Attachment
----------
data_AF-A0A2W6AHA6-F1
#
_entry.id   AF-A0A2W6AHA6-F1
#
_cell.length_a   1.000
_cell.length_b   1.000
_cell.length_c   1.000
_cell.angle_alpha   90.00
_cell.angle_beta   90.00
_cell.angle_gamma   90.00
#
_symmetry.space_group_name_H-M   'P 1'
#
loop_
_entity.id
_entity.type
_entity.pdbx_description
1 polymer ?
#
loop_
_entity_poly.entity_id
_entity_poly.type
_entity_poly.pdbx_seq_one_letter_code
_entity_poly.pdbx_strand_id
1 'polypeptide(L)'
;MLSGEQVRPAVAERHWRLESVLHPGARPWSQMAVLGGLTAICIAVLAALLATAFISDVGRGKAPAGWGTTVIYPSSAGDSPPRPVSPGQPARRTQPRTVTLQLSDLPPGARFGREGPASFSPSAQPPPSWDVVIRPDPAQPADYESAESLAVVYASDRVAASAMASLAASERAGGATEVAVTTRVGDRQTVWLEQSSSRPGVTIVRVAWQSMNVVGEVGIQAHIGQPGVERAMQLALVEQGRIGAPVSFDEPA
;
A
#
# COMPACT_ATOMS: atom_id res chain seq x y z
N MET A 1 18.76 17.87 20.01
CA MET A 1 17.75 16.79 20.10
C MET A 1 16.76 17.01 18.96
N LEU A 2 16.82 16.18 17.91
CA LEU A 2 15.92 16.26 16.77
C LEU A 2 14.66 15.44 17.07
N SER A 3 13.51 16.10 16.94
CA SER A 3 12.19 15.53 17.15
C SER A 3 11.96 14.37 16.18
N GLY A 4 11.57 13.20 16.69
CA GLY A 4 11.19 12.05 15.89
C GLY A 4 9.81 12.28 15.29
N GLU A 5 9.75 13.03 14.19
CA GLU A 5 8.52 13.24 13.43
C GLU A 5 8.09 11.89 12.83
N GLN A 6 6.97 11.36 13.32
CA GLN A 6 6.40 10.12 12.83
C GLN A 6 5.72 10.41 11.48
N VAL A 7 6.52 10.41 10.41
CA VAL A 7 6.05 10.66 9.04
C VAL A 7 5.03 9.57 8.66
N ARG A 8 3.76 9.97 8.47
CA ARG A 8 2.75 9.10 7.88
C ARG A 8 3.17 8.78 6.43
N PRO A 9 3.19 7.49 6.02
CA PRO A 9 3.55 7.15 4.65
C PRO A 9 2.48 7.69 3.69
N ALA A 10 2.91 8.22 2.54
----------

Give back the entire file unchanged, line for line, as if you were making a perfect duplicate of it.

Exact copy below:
data_AF-A0A2W6AHA6-F1
#
_entry.id   AF-A0A2W6AHA6-F1
#
_cell.length_a   1.000
_cell.length_b   1.000
_cell.length_c   1.000
_cell.angle_alpha   90.00
_cell.angle_beta   90.00
_cell.angle_gamma   90.00
#
_symmetry.space_group_name_H-M   'P 1'
#
loop_
_entity.id
_entity.type
_entity.pdbx_description
1 polymer ?
#
loop_
_entity_poly.entity_id
_entity_poly.type
_entity_poly.pdbx_seq_one_letter_code
_entity_poly.pdbx_strand_id
1 'polypeptide(L)'
;MLSGEQVRPAVAERHWRLESVLHPGARPWSQMAVLGGLTAICIAVLAALLATAFISDVGRGKAPAGWGTTVIYPSSAGDSPPRPVSPGQPARRTQPRTVTLQLSDLPPGARFGREGPASFSPSAQPPPSWDVVIRPDPAQPADYESAESLAVVYASDRVAASAMASLAASERAGGATEVAVTTRVGDRQTVWLEQSSSRPGVTIVRVAWQSMNVVGEVGIQAHIGQPGVERAMQLALVEQGRIGAPVSFDEPA
;
A
#
# COMPACT_ATOMS: atom_id res chain seq x y z
N MET A 1 18.76 17.87 20.01
CA MET A 1 17.75 16.79 20.10
C MET A 1 16.76 17.01 18.96
N LEU A 2 16.82 16.18 17.91
CA LEU A 2 15.92 16.26 16.77
C LEU A 2 14.66 15.44 17.07
N SER A 3 13.51 16.10 16.94
CA SER A 3 12.19 15.53 17.15
C SER A 3 11.96 14.37 16.18
N GLY A 4 11.57 13.20 16.69
CA GLY A 4 11.19 12.05 15.89
C GLY A 4 9.81 12.28 15.29
N GLU A 5 9.75 13.03 14.19
CA GLU A 5 8.52 13.24 13.43
C GLU A 5 8.09 11.89 12.83
N GLN A 6 6.97 11.36 13.32
CA GLN A 6 6.40 10.12 12.83
C GLN A 6 5.72 10.41 11.48
N VAL A 7 6.52 10.41 10.41
CA VAL A 7 6.05 10.66 9.04
C VAL A 7 5.03 9.57 8.66
N ARG A 8 3.76 9.97 8.47
CA ARG A 8 2.75 9.10 7.88
C ARG A 8 3.17 8.78 6.43
N PRO A 9 3.19 7.49 6.02
CA PRO A 9 3.55 7.15 4.65
C PRO A 9 2.48 7.69 3.69
N ALA A 10 2.91 8.22 2.54